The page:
The Clutter Family Murders
In April this year, the home with a dark history went back on the market. What was once home to the Clutter family was said to fetch between $150,000 and $200,000 in price.
The seemingly regular farmhouse continues to attract visitors six decades later, to see the place where four people were viciously murdered. Its former owners even charged $5 per visitor and created a flourishing operation, before it was closed down due to a lack of business permits.
The story sounds like a film script, but how much of Truman Capote’s novel is true?
The Clutter family of six were farmers who lived in Holcomb, Kansas. Their farmhouse was large, with 14 rooms and acres of agricultural land surrounding it. Herbert Clutter had made his fortune using new technology to grow wheat and had been interviewed by The New York Times for what was considered a pioneering move at the time.
The 48-year-old and his wife Bonnie had four children, adults Beverly and Eveanna, 16-year-old Nancy and Kenyon who was 15. Capote misused Bonnie’s back pain in the novel and gave her postnatal depression with her final child, Kenyon. He said she became bedridden and depressed, but the reality was that Bonnie was a happy woman, who played a part in the local community and attended the gardening club.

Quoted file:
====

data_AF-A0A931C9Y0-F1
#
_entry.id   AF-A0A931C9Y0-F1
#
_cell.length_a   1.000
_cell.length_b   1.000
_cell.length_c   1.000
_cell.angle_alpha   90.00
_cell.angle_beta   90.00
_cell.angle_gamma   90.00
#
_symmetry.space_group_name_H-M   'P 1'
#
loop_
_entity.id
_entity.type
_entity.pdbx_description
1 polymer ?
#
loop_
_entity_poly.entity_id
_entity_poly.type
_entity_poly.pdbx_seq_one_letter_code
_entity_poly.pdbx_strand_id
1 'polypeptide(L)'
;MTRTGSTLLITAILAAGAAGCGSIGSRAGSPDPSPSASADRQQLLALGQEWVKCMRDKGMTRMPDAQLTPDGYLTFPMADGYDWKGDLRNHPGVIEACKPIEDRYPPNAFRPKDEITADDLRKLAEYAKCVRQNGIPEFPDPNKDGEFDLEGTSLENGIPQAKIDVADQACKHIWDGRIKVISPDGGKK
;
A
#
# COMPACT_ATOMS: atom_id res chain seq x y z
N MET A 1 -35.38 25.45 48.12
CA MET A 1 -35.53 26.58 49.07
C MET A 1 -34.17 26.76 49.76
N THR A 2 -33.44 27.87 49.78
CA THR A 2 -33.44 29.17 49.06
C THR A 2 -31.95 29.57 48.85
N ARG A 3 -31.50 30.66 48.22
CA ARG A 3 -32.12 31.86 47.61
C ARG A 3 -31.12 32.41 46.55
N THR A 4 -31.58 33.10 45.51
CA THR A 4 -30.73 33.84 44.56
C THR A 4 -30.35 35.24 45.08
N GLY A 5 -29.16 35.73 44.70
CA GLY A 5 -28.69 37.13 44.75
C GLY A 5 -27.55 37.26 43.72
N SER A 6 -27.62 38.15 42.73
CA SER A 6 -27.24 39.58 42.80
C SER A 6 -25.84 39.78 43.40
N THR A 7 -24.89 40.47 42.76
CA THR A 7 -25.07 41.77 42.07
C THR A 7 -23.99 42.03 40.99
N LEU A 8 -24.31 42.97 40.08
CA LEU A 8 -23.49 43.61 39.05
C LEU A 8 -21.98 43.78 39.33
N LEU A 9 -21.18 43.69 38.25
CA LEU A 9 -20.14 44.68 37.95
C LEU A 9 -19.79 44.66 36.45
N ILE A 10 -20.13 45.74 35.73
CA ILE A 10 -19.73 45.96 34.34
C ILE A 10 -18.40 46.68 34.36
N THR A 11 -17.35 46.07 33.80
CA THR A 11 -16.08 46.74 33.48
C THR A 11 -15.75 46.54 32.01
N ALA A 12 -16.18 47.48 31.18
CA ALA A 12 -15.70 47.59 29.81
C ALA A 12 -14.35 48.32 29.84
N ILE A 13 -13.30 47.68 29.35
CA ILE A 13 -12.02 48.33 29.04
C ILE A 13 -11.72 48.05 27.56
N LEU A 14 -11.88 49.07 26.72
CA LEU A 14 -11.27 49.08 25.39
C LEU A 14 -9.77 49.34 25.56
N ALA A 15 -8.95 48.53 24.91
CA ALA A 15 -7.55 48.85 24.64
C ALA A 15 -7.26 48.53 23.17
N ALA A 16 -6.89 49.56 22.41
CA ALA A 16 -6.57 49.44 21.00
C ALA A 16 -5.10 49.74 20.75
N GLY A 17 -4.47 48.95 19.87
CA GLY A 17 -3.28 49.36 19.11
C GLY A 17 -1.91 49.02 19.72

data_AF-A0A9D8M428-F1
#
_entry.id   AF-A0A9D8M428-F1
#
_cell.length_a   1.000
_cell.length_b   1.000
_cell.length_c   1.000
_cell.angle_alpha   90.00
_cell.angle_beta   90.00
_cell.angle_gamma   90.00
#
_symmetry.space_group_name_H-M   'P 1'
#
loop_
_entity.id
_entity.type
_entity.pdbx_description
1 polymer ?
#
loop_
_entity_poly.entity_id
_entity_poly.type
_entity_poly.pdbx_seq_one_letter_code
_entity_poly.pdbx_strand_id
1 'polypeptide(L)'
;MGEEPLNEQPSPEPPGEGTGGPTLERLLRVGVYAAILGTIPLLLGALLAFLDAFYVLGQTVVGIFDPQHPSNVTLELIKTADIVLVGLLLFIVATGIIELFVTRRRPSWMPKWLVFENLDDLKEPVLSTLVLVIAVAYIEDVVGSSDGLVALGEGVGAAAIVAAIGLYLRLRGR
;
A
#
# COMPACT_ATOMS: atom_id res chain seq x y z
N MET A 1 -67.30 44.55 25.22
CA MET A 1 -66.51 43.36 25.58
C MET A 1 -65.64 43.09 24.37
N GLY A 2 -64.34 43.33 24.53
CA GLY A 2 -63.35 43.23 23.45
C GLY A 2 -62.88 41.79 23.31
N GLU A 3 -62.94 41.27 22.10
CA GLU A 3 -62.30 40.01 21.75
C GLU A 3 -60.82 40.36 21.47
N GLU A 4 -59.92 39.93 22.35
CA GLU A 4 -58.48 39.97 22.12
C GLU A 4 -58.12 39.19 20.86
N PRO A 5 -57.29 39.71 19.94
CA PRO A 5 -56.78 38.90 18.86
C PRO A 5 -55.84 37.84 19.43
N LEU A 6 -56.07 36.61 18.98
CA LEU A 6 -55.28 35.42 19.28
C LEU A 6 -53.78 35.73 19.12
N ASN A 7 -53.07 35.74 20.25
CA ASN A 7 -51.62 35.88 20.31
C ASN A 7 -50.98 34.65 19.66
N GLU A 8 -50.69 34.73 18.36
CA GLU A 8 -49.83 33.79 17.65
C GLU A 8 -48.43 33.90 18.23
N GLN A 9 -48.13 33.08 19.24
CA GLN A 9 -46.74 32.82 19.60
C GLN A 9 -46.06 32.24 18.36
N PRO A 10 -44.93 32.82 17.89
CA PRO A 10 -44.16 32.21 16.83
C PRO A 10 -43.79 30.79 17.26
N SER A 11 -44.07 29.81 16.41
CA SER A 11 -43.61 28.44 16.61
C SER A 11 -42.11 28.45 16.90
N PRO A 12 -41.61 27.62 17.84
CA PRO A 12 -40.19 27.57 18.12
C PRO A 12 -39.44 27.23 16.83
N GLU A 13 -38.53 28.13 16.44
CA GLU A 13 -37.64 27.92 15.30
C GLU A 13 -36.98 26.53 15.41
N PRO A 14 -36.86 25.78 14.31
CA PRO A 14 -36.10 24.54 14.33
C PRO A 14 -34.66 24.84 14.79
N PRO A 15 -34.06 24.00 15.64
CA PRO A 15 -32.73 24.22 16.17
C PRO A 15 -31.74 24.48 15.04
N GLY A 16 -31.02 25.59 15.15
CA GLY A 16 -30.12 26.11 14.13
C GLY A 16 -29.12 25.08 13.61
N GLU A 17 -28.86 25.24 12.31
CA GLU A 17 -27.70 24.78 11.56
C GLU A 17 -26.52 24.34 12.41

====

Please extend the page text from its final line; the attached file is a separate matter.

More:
Holcomb had a population of less than 300 in 1959 and chances were that every family knew each other. The Clutters were known around town as being an upstanding family, with Herb known as “the salt of the earth”.
The problem with being part of a small community was that everyone knew each other’s business, and the town knew that the Clutters were wealthy.
300 miles away in a cell at Kansas State Prison, 33-year-old Richard Hickock, who had been convicted of theft, had begun scheming to rob the family of their riches. His cellmate, Floyd Wells had worked as a farmhand for the family and knew that the Clutters was rich. He told Hickock that Herb kept a safe in the house which contained $10,000…